Mat Staver, of Liberty Counsel, said the court was derelict in its duty.
“The responsibility for the undermining of marriage rests solely at the U.S. Supreme Court. Last year’s decision in the Defense of Marriage Act case that started this fire, and today’s decision to watch marriage burn to ashes is the responsibility of the Supreme Court.
“The actions of the Supreme Court, in particular, and of the judiciary in general, undermine the rule of law and erode the confidence of the people in the judicial branch of government. When the people lose confidence in the rule of law, the judiciary will lose [its] legitimacy. Everyone will be affected by same-sex marriage because it is an intolerant agenda that will directly collide with religious freedom.”
Tony Perkins, chief of the Family Research Council, said the no-decision by the justices really “puts the issue of marriage back before the U.S. Congress.”
“By failing to take up these marriage cases, the high court will allow rogue lower court judges who have ignored history and true legal precedent to silence the elected representatives of the people and the voice of the people themselves by overturning state provisions on marriage. Even more alarming, lower-court judges are undermining our form of government and the rights and freedoms of citizens to govern themselves. This judicially led effort to force same sex ‘marriage’ on people will have negative consequences for our republic, not only as it relates to natural marriage but also undermining the rule of and respect for law,” he explained.
He said the conflict has been elevated by the results.
“The good news is that time is not on the side of those who want to redefine marriage. As more states are forced to redefine marriage, contrary to nature and directly in conflict with the will of millions, more Americans will see and experience attacks on their religious freedom. Parents will find a wedge being driven between them and their children as school curriculum is changed to contradict the morals parents are teaching their children. As more and more people lose their livelihoods because they refuse to not just tolerate but celebrate same-sex marriage, Americans will see the true goal, which is for activists to use the court to impose a redefinition of natural marriage on the entire nation,” he said.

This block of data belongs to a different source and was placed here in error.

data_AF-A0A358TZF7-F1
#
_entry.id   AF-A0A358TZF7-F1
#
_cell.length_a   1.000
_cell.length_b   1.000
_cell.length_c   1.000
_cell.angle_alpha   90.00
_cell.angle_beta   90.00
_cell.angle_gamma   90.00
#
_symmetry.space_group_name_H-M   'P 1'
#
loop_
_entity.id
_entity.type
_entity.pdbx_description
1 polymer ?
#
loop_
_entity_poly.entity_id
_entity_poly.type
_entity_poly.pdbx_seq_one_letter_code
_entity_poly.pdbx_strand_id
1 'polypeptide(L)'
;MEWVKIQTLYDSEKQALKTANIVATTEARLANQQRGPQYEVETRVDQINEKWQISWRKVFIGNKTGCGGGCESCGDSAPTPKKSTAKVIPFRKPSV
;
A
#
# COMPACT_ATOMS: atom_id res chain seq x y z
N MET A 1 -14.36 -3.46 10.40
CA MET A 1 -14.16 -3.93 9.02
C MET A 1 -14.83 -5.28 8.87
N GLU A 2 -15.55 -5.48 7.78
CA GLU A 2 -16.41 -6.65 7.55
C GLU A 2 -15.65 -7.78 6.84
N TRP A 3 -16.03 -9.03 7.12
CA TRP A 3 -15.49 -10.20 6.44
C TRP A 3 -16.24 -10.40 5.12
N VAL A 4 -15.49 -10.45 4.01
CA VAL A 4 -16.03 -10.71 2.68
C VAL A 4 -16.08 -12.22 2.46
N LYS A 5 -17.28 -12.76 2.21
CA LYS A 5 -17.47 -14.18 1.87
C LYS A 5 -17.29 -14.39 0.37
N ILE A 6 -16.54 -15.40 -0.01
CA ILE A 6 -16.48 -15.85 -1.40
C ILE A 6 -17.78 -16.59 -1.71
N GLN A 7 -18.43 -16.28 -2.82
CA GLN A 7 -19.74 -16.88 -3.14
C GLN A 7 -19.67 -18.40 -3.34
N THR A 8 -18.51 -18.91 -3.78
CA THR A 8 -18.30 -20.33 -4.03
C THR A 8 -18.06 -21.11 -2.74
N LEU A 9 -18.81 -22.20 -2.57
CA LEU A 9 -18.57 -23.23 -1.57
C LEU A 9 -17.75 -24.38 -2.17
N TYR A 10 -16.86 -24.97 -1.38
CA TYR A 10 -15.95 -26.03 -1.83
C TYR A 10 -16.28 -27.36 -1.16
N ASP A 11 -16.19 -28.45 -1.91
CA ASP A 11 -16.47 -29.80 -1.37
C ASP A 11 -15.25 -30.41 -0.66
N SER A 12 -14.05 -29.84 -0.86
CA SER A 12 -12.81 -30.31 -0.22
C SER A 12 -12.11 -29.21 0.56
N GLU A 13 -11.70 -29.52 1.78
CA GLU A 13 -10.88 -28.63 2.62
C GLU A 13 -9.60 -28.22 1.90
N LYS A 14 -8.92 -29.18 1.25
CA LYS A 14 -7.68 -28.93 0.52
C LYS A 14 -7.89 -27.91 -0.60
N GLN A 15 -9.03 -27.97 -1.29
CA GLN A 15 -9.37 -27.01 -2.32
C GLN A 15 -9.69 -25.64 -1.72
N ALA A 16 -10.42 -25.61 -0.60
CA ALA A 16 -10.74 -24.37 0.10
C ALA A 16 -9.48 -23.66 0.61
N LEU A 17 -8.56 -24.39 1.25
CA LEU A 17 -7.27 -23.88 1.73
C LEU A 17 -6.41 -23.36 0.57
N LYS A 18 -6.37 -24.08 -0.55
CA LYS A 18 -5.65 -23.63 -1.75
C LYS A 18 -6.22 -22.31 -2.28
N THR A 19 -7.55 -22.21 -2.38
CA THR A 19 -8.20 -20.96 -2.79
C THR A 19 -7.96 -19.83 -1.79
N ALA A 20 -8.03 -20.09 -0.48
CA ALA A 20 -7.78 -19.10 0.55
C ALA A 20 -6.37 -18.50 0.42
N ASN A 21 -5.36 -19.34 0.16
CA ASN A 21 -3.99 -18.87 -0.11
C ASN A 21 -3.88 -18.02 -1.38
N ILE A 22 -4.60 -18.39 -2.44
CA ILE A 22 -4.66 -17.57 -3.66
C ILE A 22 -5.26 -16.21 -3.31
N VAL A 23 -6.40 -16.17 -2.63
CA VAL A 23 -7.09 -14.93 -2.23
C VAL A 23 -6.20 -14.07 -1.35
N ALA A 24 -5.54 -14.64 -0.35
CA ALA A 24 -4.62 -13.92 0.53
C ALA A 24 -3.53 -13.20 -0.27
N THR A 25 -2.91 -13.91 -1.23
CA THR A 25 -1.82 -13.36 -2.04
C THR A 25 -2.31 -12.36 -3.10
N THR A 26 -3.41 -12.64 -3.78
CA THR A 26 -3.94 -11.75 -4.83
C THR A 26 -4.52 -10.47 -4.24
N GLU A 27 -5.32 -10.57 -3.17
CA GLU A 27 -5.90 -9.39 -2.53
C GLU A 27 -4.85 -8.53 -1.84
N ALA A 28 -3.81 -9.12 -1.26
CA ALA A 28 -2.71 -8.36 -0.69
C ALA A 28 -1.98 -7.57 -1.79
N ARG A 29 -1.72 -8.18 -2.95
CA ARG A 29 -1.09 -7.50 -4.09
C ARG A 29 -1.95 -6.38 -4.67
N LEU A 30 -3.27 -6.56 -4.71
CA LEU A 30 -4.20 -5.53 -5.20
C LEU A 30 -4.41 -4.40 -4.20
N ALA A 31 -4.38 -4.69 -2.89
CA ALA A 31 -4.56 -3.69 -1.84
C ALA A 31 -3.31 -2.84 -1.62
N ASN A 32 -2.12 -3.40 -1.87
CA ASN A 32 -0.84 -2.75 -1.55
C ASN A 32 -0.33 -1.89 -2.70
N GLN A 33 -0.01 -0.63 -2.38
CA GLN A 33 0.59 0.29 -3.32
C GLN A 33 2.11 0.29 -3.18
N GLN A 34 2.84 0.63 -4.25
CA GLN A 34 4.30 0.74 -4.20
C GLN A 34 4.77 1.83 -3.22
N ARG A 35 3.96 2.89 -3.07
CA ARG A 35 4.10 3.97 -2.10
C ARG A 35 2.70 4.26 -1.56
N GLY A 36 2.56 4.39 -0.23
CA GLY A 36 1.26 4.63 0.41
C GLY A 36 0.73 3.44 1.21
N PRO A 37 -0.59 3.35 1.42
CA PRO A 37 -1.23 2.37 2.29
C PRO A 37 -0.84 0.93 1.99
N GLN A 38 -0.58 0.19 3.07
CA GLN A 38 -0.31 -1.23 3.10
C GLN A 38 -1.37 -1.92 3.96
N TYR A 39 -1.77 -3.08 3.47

Rep. Steve Stockman, R-Texas, said the Supreme Court “is waiting for more states to endorse the practice. Once more courts side with pro-gay agenda SCOTUS will use the excuse that most states support gay marriage so the rest of the states [should].”
As outlined in a recent commentary by WND CEO and Editor Joseph Farah, the recognition of same-sex marriage comes with a cost – the violation of religious rights of Christians.
He cited the cases of florists, bakers and photographers forced to close their businesses after being fined for declining to assist same-sex celebrations.
“These are real-life examples of citizens being deprived of the free exercise of their religious beliefs, as guaranteed by the First Amendment of the U.S. Constitution by officials in four different states. It’s becoming a trend. It’s what I call ‘same-sex marriage tyranny,'” he wrote.
“In states that have rewritten their laws to change the definition of marriage from an institution between one man and one woman, or, which have been coerced to do so by federal judicial rulings, the rationale for such decisions has been ‘tolerance,’ ‘diversity,’ ‘non-discrimination’ and other nice-sounding platitudes. But the consequences for these decisions mean just the opposite of ‘tolerance,’ ‘diversity’ and ‘non-discrimination; for some innocent bystanders – mostly Christians – who seek only to remain true to their religious convictions.”
He said: “They are being coerced to become active participants in ceremonies and celebrations that violate their consciences – in America, a nation formed and codified in the law as a refuge for the free exercise of religion. … This is not the way a free society operates.
“There is no inalienable right to force individuals or businesses through government coercion to become active participants in activity that violates their most fundamental religious or moral beliefs,” he said.
WND columnist Star Parker wrote:”Despite the argument that ‘gay rights’ is today’s signature civil rights battle as racial equality was the civil rights battle of the 1960s, blacks are generally not buying it.”
She said it’s a “no-brainer for many churchgoing blacks that discrimination because of race is very different from choices in sexual behavior. Only 32 percent of Republicans, according to Pew, support same-sex marriage legalization.”
“This issue, along with abortion, is not going away as a source of tension in the Republican Party,” she said.
“Black pastors know firsthand how moral relativism destroys communities. They are not about to buy into it. Nor are Christian evangelicals who represent a meaningful portion of the Republican Party.
“This fight is far from over,” she said.
Additional reporting by Garth Kant.